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Riverdale, NY – For five full days, the Lasallian Youth of the District of Eastern North America gathered at Manhattan College in the Bronx to grow spiritually and in association.

Over 120 Lasallian students and their moderators found themselves called to be the light in this world through God’s love, by recognizing the challenges that face the future of not only the worldwide Christian community, but the entire global family, and how to be agents of change.Starting their first full day, students were welcomed at the United Nations on the Eastside of Manhattan on Monday.

lysa-sr-suzannaAfter tours of the UN, the Youth Assembly was invited by the Permanent Observer of the Holy See to the United Nations, represented by Fr. Roger Landry, to learn more about the Church’s role in helping shape global policy to help the marginalized and poor throughout our world. Sr. Suzanna, of Water Spirit, taught students that clean water is intrinsically tied to social justice. Sister urged students to become more ecologically responsible and to take up environmental initiatives to save our planet, which in turn helps the economically poor in our global family. Upon their return to Manhattan College’s campus, Ms. Lois Harr of Campus Ministry and Social Action educated the Assembly on Fair Trade programs, and how even small changes in our consumer habits using these programs can help raise children and families out of poverty, and can give opportunities for education and sustainability.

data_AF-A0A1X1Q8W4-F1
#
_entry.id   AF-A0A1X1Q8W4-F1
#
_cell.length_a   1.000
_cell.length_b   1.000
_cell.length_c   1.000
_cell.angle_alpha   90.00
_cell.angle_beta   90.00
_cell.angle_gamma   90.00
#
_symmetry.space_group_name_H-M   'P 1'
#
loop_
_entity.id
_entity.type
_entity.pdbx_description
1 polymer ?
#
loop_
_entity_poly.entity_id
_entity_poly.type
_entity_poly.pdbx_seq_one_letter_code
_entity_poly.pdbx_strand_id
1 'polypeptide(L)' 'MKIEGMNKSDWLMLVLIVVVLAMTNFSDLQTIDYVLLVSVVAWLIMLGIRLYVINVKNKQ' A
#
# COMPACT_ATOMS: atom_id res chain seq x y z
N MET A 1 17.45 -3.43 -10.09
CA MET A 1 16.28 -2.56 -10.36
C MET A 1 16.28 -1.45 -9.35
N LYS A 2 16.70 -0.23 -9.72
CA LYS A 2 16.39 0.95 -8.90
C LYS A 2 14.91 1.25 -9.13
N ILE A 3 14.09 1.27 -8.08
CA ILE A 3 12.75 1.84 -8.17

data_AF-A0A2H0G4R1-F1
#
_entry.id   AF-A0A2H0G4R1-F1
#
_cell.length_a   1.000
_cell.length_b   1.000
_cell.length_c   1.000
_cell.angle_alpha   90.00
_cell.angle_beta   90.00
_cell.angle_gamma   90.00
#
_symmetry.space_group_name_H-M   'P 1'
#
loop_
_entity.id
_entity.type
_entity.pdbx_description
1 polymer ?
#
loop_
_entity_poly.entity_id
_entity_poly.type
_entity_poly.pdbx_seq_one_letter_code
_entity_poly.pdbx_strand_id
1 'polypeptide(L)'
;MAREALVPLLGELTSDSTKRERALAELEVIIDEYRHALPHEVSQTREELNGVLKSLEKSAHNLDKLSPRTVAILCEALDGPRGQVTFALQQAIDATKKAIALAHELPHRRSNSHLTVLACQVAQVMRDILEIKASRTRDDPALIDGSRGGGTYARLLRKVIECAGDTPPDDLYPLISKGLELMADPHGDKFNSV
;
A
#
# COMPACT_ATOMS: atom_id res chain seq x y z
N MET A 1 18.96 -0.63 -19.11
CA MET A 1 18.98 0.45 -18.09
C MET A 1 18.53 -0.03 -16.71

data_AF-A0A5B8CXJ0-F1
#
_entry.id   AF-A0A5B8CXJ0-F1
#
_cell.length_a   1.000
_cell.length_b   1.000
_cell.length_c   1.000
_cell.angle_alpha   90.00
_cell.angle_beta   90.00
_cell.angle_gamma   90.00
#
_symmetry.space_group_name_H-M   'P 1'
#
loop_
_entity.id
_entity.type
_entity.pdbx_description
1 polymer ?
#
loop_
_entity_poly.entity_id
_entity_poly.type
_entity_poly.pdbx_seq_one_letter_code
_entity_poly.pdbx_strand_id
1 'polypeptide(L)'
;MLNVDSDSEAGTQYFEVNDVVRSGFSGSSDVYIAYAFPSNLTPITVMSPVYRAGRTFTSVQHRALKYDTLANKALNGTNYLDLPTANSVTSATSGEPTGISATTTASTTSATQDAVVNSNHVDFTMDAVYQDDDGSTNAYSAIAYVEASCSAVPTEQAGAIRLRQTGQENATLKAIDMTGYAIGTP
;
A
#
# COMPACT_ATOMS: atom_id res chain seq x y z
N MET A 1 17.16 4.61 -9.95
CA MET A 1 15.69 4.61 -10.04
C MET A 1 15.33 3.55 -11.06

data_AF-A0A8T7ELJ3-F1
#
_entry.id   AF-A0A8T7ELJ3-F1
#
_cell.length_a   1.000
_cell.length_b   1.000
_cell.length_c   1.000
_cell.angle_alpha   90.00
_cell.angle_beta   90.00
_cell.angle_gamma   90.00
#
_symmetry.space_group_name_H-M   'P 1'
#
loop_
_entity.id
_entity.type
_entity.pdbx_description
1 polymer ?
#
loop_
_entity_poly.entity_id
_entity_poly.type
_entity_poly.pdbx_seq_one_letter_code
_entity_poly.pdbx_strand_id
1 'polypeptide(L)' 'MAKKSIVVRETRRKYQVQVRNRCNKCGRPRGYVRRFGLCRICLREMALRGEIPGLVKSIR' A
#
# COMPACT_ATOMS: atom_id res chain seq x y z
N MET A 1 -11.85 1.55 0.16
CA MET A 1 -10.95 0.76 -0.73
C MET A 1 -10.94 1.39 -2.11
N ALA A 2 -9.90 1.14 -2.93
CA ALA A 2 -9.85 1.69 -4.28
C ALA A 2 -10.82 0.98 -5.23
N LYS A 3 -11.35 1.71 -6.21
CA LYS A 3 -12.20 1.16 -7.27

Lasallian service highlighted the Assembly on Tuesday. Thanks to Campus Ministry and Social Action at Manhattan College, students fanned out throughout the Bronx, volunteering in different programs ranging from soup kitchens and shelters, to alternative daycares and special education programming.

Later, students would have an opportunity to share in their service groups, unpacking the day’s events, bring prayer and understanding to the work performed earlier.

After a cultural day on Wednesday, the Assembly came together on Thursday. From the moment he introduced himself, John Donahue-Grossman, the main presenter, had the attention of the Youth Assembly.

His boundless energy and relatable personality open students minds to the preconceived notions they had about him, and those around them. Throughout the day, Donahue-Grossman created activities and scenarios, while coupled with prayer, that pushed students to think critically and compassionately.